Dallas Cowboys quarterback Dak Prescott is sailing into uncharted territory for a rookie passer. Prescott shined again in Dallas’s 35-10 rout of the Cleveland Browns Sunday, completing 21 of 27 passes for 247 yards (9.1 per attempt), three touchdowns and zero interceptions. According to ESPN’s Total Quarterback Rating (QBR), Prescott had the NFL’s top quarterbacking performance of the week,1 the second time in nine weeks he’s claimed top honors. All told, Prescott’s first eight starts are easily the best of any rookie signal-caller since ESPN began tracking QBR in 2006:
|3||Robert Griffin III||2012||320||+18.7||+43.7||63.6|
Although we don’t have QBR before 2006, Prescott also has the third-highest adjusted yards per attempt of any qualified2 rookie passer through his team’s first eight games since the 1970 AFL-NFL merger. He trails only Mark Rypien and Dan Marino, and although those two produced their numbers in a less passer-friendly environment than today’s NFL, they also threw less than half as many passes as Prescott has. Given all that, it’s tough to find a QB in history whose career has gotten off to a faster start than Prescott’s.
Prescott has played so well, in fact, that he’s put the return of incumbent Cowboys starter Tony Romo on hold — perhaps indefinitely.
As a stathead, I never bought into those silly arguments that Romo isn’t clutch, or that Dallas could never win a Super Bowl with him under center. Underneath all the hot takes he attracts, Romo has been one of his generation’s finest quarterbacks and one of the most efficient passers of all time — even after adjusting for the high-octane passing environment of the modern game. In terms of individual accomplishments, Romo has few quarterbacking peers.
And yet, the case can be made that Prescott’s first eight starts have been as good as any eight (consecutive) starts Romo made in his entire career. According to QBR, Romo’s best set of eight straight starts came in 2007, between Weeks 3 and 11 of the 2007 season, when Romo posted an 82.1 mark on QBR’s 0-to-100 scale while throwing to Terrell Owens. That was the sole eight-start stretch of Romo’s career that was better than the only eight NFL starts Prescott has ever made:
|DATE RANGE||STATS DURING 8 GAMES|
Romo’s 2007 stretch was actually preceded by two additional excellent starts (if we included overlapping stretches, parts of ’07 would show up as three of Romo’s top four stretches), so Prescott has to keep this up for a few more games to truly match Romo’s best stretch, but through eight games, he’s right there.3
Prescott’s no mere game manager, either. In addition to ranking highly in QBR, he also ranks highly in stats that focus more on production — meaning yards, touchdowns and first downs. According to expected points added (EPA) relative to both the league average and the replacement level, Prescott’s current eight-start run is better than all but one of Romo’s eight-game stretches — that same 2007 period mentioned above. Rather than riding his teammates’ coattails, Prescott’s play has been one of the driving forces behind a squad that ranks second in offensive EPA but only 14th in EPA on both defense and special teams.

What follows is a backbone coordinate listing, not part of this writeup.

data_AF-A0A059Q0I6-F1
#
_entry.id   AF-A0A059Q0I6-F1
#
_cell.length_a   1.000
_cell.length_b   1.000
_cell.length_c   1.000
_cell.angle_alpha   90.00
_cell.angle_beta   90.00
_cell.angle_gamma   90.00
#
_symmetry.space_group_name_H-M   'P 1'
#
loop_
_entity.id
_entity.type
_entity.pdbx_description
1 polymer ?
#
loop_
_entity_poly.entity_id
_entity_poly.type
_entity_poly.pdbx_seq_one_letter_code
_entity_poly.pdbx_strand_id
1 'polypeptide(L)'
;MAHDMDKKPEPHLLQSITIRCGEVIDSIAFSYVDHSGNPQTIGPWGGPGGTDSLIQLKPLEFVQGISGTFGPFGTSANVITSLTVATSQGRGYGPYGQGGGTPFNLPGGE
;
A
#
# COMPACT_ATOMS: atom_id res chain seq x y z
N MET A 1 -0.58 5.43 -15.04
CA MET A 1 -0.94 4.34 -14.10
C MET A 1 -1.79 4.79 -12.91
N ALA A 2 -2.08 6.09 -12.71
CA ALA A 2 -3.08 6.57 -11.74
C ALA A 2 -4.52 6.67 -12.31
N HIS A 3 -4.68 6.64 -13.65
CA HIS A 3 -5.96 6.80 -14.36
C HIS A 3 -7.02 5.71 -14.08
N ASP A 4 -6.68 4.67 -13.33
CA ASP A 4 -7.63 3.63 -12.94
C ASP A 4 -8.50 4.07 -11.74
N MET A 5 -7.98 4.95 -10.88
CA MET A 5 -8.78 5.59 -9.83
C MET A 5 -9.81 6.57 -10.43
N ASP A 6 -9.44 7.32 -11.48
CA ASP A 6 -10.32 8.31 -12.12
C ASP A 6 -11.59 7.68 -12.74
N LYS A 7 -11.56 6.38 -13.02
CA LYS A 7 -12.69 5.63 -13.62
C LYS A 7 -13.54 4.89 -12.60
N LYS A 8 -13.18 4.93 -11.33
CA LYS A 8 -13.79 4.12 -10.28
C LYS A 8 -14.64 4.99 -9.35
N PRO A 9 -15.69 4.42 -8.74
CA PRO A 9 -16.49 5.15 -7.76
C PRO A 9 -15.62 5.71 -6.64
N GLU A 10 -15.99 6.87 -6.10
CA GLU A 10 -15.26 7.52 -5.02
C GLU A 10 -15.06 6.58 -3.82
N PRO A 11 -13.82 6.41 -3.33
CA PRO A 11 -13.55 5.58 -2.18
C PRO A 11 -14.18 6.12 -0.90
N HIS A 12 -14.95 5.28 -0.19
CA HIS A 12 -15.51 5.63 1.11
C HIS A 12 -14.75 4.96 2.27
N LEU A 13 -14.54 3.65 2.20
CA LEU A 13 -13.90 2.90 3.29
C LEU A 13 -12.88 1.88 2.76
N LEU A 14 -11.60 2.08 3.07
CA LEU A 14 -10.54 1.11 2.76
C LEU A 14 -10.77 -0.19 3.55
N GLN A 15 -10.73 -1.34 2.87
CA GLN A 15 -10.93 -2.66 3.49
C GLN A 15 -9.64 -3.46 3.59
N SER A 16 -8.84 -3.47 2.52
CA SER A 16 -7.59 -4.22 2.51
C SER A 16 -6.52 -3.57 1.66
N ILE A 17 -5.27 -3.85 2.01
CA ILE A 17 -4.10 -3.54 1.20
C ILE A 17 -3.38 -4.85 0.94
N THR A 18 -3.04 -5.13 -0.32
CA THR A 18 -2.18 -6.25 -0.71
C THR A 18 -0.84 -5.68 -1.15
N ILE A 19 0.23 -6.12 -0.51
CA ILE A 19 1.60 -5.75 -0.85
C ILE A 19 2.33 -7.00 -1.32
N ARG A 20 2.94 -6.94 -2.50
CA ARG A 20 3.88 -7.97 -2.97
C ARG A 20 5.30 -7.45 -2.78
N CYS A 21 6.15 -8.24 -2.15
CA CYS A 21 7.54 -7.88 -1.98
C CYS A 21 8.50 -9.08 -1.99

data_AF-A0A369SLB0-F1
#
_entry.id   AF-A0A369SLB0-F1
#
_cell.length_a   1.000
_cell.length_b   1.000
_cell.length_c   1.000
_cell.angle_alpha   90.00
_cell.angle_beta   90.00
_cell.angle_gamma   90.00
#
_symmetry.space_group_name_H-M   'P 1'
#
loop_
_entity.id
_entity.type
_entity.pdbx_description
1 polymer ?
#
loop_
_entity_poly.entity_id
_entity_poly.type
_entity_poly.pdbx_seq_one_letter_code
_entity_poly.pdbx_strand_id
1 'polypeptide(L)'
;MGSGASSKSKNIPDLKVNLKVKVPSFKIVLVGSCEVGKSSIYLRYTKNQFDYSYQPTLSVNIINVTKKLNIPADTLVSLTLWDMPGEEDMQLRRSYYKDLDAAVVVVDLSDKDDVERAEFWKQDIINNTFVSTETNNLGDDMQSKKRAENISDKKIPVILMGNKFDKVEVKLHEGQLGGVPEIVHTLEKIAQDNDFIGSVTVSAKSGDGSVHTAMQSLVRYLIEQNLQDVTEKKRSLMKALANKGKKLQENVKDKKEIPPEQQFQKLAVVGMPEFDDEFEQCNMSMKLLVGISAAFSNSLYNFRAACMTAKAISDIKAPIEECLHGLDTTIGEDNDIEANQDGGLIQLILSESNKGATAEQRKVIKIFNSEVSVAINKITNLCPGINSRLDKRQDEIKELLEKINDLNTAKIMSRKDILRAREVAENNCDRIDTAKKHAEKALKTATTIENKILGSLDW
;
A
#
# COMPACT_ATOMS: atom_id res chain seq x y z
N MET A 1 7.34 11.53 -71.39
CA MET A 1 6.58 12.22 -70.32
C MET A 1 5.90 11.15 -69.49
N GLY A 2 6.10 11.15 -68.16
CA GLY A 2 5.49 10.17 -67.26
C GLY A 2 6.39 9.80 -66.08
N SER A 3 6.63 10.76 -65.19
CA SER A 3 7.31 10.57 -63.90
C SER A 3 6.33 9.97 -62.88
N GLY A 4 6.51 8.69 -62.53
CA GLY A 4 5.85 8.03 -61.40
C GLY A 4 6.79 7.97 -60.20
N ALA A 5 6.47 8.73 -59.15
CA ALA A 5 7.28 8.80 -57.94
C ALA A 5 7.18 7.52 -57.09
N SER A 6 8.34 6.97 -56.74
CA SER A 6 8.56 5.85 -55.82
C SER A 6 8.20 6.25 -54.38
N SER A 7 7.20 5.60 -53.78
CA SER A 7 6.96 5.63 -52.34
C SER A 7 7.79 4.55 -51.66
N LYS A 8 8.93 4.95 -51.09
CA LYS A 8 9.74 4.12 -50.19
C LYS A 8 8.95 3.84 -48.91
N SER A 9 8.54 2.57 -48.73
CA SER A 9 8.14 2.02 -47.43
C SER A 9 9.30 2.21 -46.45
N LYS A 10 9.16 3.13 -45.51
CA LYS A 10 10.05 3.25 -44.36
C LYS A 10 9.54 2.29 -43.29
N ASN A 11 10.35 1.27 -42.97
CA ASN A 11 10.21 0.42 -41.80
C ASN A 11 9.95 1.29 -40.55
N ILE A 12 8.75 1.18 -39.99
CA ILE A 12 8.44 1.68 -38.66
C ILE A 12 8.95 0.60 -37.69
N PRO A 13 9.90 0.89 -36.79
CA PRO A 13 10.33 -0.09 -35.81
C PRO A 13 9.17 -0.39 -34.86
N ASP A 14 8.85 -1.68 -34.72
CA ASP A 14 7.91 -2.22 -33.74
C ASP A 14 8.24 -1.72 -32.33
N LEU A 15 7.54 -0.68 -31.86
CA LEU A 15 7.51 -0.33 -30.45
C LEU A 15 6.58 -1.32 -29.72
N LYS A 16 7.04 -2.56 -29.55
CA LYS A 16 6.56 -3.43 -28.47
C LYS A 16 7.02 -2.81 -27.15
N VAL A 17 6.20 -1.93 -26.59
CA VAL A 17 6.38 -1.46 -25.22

Speaking of which, the Cowboys are also off to one of their best starts in recent memory. This is the first time Dallas has won seven of its first eight games since 2007, and only the second time since 1995, the last time the team won the Super Bowl. And the Cowboys’ current Elo rating (our pet metric for estimating a team’s strength at a given moment) through eight weeks is the third-highest it’s been since Dallas’s dynasty days of the mid-1990s.
Prescott is hardly the only Cowboy having a great season. Running back Ezekiel Elliott also leads the NFL in rushing yards, helping to power the second-best rushing attack in the league according to EPA. And, given his track record and what we know about his recovery so far, Romo would likely also be successful if he were slotted into Dallas’s lineup. (Though individual football players are often so interconnected with each other that it’s difficult to predict what will happen to the team when personnel changes.)
But right now, Prescott has made just about as strong a case as possible that the Cowboys should stick with him going forward. Not only has he produced one of the best-ever first halves by a rookie QB, but he has also instantly played as well as Romo ever has. Now the only question is what he has in store for the back half of Dallas’s schedule.